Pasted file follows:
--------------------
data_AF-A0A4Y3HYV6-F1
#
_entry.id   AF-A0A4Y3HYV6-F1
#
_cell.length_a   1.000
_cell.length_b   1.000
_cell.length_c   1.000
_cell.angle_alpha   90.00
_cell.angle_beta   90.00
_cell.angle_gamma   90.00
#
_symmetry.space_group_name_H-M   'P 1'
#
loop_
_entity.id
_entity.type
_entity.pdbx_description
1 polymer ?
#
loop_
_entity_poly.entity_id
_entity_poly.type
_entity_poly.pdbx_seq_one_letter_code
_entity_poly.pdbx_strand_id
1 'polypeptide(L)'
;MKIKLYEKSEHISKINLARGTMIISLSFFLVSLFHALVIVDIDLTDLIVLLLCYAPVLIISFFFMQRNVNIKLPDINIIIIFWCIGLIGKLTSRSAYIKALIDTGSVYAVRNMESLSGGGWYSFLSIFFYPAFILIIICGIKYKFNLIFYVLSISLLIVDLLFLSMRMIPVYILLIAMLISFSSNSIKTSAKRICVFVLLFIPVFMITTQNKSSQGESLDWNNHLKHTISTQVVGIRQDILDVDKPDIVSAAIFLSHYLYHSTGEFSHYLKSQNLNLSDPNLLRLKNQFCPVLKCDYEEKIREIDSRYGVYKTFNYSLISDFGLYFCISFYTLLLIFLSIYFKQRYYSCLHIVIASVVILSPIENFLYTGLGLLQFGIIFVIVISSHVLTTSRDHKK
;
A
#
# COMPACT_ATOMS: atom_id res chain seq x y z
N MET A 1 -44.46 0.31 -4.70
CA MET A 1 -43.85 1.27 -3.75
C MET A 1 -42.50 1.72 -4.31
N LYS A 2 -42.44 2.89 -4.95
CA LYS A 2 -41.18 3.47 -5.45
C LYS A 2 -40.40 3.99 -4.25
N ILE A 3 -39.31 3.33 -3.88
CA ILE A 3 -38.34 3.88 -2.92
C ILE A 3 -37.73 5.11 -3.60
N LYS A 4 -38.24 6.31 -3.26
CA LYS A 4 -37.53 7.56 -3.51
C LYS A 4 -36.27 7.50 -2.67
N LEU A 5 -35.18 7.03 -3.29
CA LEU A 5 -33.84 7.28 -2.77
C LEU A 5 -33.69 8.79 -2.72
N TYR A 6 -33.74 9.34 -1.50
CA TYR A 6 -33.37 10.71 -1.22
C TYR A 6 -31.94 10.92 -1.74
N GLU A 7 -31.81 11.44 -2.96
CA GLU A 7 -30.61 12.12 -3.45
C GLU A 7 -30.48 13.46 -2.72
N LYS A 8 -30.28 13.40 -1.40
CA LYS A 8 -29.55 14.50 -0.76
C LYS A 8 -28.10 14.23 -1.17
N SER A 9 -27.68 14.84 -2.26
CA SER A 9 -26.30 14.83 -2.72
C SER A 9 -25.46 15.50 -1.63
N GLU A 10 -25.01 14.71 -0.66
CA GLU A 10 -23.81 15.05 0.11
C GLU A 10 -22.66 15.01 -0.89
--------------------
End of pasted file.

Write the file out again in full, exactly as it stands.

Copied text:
data_AF-A0A4Y3HYV6-F1
#
_entry.id   AF-A0A4Y3HYV6-F1
#
_cell.length_a   1.000
_cell.length_b   1.000
_cell.length_c   1.000
_cell.angle_alpha   90.00
_cell.angle_beta   90.00
_cell.angle_gamma   90.00
#
_symmetry.space_group_name_H-M   'P 1'
#
loop_
_entity.id
_entity.type
_entity.pdbx_description
1 polymer ?
#
loop_
_entity_poly.entity_id
_entity_poly.type
_entity_poly.pdbx_seq_one_letter_code
_entity_poly.pdbx_strand_id
1 'polypeptide(L)'
;MKIKLYEKSEHISKINLARGTMIISLSFFLVSLFHALVIVDIDLTDLIVLLLCYAPVLIISFFFMQRNVNIKLPDINIIIIFWCIGLIGKLTSRSAYIKALIDTGSVYAVRNMESLSGGGWYSFLSIFFYPAFILIIICGIKYKFNLIFYVLSISLLIVDLLFLSMRMIPVYILLIAMLISFSSNSIKTSAKRICVFVLLFIPVFMITTQNKSSQGESLDWNNHLKHTISTQVVGIRQDILDVDKPDIVSAAIFLSHYLYHSTGEFSHYLKSQNLNLSDPNLLRLKNQFCPVLKCDYEEKIREIDSRYGVYKTFNYSLISDFGLYFCISFYTLLLIFLSIYFKQRYYSCLHIVIASVVILSPIENFLYTGLGLLQFGIIFVIVISSHVLTTSRDHKK
;
A
#
# COMPACT_ATOMS: atom_id res chain seq x y z
N MET A 1 -44.46 0.31 -4.70
CA MET A 1 -43.85 1.27 -3.75
C MET A 1 -42.50 1.72 -4.31
N LYS A 2 -42.44 2.89 -4.95
CA LYS A 2 -41.18 3.47 -5.45
C LYS A 2 -40.40 3.99 -4.25
N ILE A 3 -39.31 3.33 -3.88
CA ILE A 3 -38.34 3.88 -2.92
C ILE A 3 -37.73 5.11 -3.60
N LYS A 4 -38.24 6.31 -3.26
CA LYS A 4 -37.53 7.56 -3.51
C LYS A 4 -36.27 7.50 -2.67
N LEU A 5 -35.18 7.03 -3.29
CA LEU A 5 -33.84 7.28 -2.77
C LEU A 5 -33.69 8.79 -2.72
N TYR A 6 -33.74 9.34 -1.50
CA TYR A 6 -33.37 10.71 -1.22
C TYR A 6 -31.94 10.92 -1.74
N GLU A 7 -31.81 11.44 -2.96
CA GLU A 7 -30.61 12.12 -3.45
C GLU A 7 -30.48 13.46 -2.72
N LYS A 8 -30.28 13.40 -1.40
CA LYS A 8 -29.55 14.50 -0.76
C LYS A 8 -28.10 14.23 -1.17
N SER A 9 -27.68 14.84 -2.26
CA SER A 9 -26.30 14.83 -2.72
C SER A 9 -25.46 15.50 -1.63
N GLU A 10 -25.01 14.71 -0.66
CA GLU A 10 -23.81 15.05 0.11
C GLU A 10 -22.66 15.01 -0.89